"We have been reading a lot of scripts," Barry N. Sisson said the other day. It's a line he may have dreamed of delivering during his first career, running burglar-alarm companies in the Washington area.
"My whole life I thought I should have been in the film business," said Sisson, a District native who grew up in Fairfax County. "Ultimately, my plan became to make enough money to make a film. That's what I did."
In 2000, Sisson retired early from the alarm business and became an investor in "The Station Agent," one of those low-budget independent films that win critical praise, awards at the Sundance Film Festival and enough revenue from theaters and DVD sales to make a profit.
Now Sisson, 49, and Marc Lieberman, 30, are partners in Cavalier Films Inc. of Charlottesville, which is raising money to shoot independent films in Virginia with budgets of $500,000 to $1 million.
"A million dollars in Hollywood wouldn't pay for the transportation" on a big-budget film, said Lieberman, who grew up in Fairfax City and describes himself as a University of Virginia business school graduate who worked for a time as a financial analyst.
He said he spent more than four years in Hollywood, some of it as a producer's assistant on some of those mass-market movies.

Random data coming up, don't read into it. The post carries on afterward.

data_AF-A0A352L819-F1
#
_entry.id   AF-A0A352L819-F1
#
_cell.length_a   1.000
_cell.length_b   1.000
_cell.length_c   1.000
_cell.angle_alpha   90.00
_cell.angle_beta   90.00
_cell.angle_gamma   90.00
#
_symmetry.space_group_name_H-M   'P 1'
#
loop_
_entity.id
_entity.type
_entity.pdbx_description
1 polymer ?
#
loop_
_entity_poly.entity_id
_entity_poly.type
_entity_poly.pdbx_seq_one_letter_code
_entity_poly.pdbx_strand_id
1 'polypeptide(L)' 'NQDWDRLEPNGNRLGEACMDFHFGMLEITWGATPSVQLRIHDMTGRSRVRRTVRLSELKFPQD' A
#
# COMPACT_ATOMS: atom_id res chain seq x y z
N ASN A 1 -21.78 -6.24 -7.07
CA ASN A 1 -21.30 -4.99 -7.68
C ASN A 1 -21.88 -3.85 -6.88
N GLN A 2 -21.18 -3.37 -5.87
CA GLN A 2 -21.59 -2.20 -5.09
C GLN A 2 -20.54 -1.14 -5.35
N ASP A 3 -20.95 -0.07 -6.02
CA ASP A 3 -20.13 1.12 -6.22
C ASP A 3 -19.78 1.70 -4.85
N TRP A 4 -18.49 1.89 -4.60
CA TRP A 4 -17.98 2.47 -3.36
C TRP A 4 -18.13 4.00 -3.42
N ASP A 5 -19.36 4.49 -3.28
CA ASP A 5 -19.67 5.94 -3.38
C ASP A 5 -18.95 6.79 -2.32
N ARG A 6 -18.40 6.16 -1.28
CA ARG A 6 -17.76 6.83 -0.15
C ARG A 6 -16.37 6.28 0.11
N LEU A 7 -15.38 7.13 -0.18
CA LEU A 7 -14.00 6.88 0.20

Sisson said Cavalier has raised $1.4 million toward a $2 million goal. Meanwhile, Cavalier is seeking distribution for an ultra-low-budget film that Sisson and Lieberman helped produce. "Charlie's Party," which recently had its debut at a film festival in Las Vegas, is billed on a promotional Web site as "a sexually charged comedy about a group of friends from college coerced into reuniting for a 'partner-swapping' weekend by their former ringleader," a woman named Charlie. The producers describe it as a film about relationships and women's empowerment.
Rita McClenny, director of the Virginia Film Office, said she is watching Cavalier's effort to make independent films in the state with interest. "It's great exposure for the state to be used for a backdrop," she said.